Weekly InfoSec Roundup 01/05/18

Happy New Year from the Brinqa team, let’s kick off the new year with some interesting InfoSec news. Our first week into the new year and we are already hitting the ground running. With Meltdown-Spectre affecting almost every device and the macOS Exploit that can be found in every macOS since 2002  means there is a lot to cover this week!

 

  • A Pragmatic Approach to Fixing Cybersecurity: 5 Steps

  • “The digital infrastructure that supports our economy, protects our national security, and empowers our society must be made more secure, more trusted, and more reliable. Here’s how.”
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  • 17 Things We Should Have Learned in 2017, but Probably Didn’t

  • The worm has returned and the Yahoos have all been exposed, but did 2017 teach us any genuinely new lessons we shouldn’t already have known?”
    Read More

 

  • Patching Takes More than a Fortnight for Many Firms

  • “The major WannaCry and NotPetya ransomware outbreaks of 2017 appear to have had little if no impact on organizations’ approaching to patching, with visibility into systems still crucially missing in many cases, according to Ivanti.”
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  • macOS Exploit Published on the Last Day of 2017

  • On the last day of 2017, a security researcher going online by the pseudonym of Siguza published details about a macOS vulnerability affecting all Mac operating system versions released since 2002, and possibly earlier.”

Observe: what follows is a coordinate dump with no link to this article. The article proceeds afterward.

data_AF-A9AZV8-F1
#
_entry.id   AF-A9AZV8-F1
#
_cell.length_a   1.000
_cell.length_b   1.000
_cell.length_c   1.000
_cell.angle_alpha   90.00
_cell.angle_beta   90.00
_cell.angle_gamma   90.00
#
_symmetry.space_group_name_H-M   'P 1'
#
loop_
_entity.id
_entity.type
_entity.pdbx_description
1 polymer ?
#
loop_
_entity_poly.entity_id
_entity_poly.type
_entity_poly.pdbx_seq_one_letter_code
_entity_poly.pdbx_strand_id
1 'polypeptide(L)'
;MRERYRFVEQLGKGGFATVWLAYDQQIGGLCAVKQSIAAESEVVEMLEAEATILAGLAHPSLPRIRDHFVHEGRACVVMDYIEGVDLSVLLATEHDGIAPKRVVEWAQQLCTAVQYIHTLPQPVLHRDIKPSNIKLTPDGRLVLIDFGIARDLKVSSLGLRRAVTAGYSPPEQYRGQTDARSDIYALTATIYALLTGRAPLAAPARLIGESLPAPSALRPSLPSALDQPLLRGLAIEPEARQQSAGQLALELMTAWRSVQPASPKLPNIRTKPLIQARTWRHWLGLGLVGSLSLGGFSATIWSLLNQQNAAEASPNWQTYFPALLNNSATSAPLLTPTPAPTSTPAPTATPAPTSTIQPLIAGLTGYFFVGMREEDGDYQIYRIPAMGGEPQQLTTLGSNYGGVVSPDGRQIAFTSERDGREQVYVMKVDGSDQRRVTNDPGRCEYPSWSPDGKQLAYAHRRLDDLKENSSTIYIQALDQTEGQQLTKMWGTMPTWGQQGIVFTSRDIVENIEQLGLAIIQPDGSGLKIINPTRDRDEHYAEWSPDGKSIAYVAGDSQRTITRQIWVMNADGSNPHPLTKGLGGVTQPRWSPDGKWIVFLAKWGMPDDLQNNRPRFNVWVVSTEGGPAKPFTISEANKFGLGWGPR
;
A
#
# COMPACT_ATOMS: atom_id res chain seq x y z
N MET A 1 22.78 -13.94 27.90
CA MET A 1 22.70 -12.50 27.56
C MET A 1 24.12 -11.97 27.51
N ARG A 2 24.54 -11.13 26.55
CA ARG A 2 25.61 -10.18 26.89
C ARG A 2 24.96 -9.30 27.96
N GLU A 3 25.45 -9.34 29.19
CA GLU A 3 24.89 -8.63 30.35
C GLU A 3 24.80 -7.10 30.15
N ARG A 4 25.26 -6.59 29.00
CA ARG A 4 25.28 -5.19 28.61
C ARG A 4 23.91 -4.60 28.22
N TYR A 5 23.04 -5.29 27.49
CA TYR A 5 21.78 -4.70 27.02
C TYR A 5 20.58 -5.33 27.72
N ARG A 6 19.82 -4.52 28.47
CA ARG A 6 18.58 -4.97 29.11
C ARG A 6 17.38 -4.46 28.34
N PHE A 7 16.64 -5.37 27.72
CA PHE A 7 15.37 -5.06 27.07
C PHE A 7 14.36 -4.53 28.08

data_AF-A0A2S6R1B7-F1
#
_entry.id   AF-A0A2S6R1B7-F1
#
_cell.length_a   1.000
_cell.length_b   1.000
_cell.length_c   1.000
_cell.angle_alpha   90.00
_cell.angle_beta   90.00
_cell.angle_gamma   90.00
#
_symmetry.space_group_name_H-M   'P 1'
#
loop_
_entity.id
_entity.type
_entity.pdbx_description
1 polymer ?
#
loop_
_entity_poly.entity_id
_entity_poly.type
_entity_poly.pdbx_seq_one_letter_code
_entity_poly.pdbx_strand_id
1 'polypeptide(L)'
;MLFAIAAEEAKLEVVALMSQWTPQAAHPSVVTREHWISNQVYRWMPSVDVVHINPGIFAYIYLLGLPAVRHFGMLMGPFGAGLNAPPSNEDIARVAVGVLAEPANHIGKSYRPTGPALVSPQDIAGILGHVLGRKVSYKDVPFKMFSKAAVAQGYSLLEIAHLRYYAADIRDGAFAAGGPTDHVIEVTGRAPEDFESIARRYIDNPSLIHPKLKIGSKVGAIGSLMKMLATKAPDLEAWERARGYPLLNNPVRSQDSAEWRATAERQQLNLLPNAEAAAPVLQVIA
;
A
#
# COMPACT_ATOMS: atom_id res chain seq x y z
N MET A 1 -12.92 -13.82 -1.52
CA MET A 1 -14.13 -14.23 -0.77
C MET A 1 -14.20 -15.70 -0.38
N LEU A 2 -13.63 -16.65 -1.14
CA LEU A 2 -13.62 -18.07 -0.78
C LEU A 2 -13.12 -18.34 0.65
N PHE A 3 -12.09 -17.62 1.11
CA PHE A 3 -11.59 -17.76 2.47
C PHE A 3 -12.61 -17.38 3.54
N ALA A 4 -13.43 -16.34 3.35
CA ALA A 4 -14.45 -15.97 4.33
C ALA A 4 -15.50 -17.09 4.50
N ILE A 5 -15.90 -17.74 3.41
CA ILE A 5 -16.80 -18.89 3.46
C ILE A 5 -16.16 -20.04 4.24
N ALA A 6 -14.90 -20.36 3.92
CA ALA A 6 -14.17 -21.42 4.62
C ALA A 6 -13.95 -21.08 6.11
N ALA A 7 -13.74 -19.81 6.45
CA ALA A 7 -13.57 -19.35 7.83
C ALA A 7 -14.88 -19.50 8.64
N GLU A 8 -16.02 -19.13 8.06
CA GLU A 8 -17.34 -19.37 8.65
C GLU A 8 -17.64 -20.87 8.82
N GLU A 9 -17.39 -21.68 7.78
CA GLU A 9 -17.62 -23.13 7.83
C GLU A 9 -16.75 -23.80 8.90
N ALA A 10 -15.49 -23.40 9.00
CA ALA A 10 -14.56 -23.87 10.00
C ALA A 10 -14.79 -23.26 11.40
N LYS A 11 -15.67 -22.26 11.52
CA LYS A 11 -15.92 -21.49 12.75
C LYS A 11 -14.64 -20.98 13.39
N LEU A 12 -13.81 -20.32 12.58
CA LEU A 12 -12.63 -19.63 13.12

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  • Google Patches Multiple Critical, High Risk Vulnerabilities in Android

  • “Google patched several Critical and High severity vulnerabilities as part of its Android Security Bulletin for January 2018.”
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  • The Internet of (Secure) Things Checklist

  • Insecure devices put your company at jeopardy. Use this checklist to stay safer.”
    Read More

 

  • DHS Admits Major Leak Affecting 247,000 Employees

  • The US Department of Homeland Security (DHS) has confirmed a major privacy leak affecting nearly a quarter of a million employees as well as others associated with departmental investigations.”

    Read More

 

  • Windows Meltdown-Spectre patches: If you haven’t got them, blame your antivirus

  • “Microsoft says your antivirus software could stop you from receiving the emergency patches issued for Windows”

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  • No one is safe: 5 cybersecurity trends for 2018

  • “The theme of cybersecurity in 2017 was “no one is safe.”Any consumer who managed to emerge from the Equifax, Yahoo, OPM and a host of POS breaches unscathed should consider entering the lottery. And any company that escaped 2017 without a cybersecurity crisis should should give its security team a raise.”

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  • Windows Meltdown-Spectre fix: How to check if your AV is blocking Microsoft patch

  • “Antivirus firms are gradually adding support for Microsoft’s Windows patch for the Meltdown and Spectre attack methods that affect most modern CPUs.”

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  • Zero-day vulnerabilities hijack full Dell EMC Data Protection Suite

  • “Security researchers have discovered a set of zero-day vulnerabilities within the Dell EMC Data Protection Suite Family products which allow attackers to fully hijack systems.”

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  • Industry Reactions to Meltdown, Spectre Attacks: Feedback Friday

  • Researchers disclosed this week the details of two new attack methods allowing malicious actors to gain access to sensitive information stored in a device’s memory by exploiting security holes in Intel, AMD and ARM processors.”

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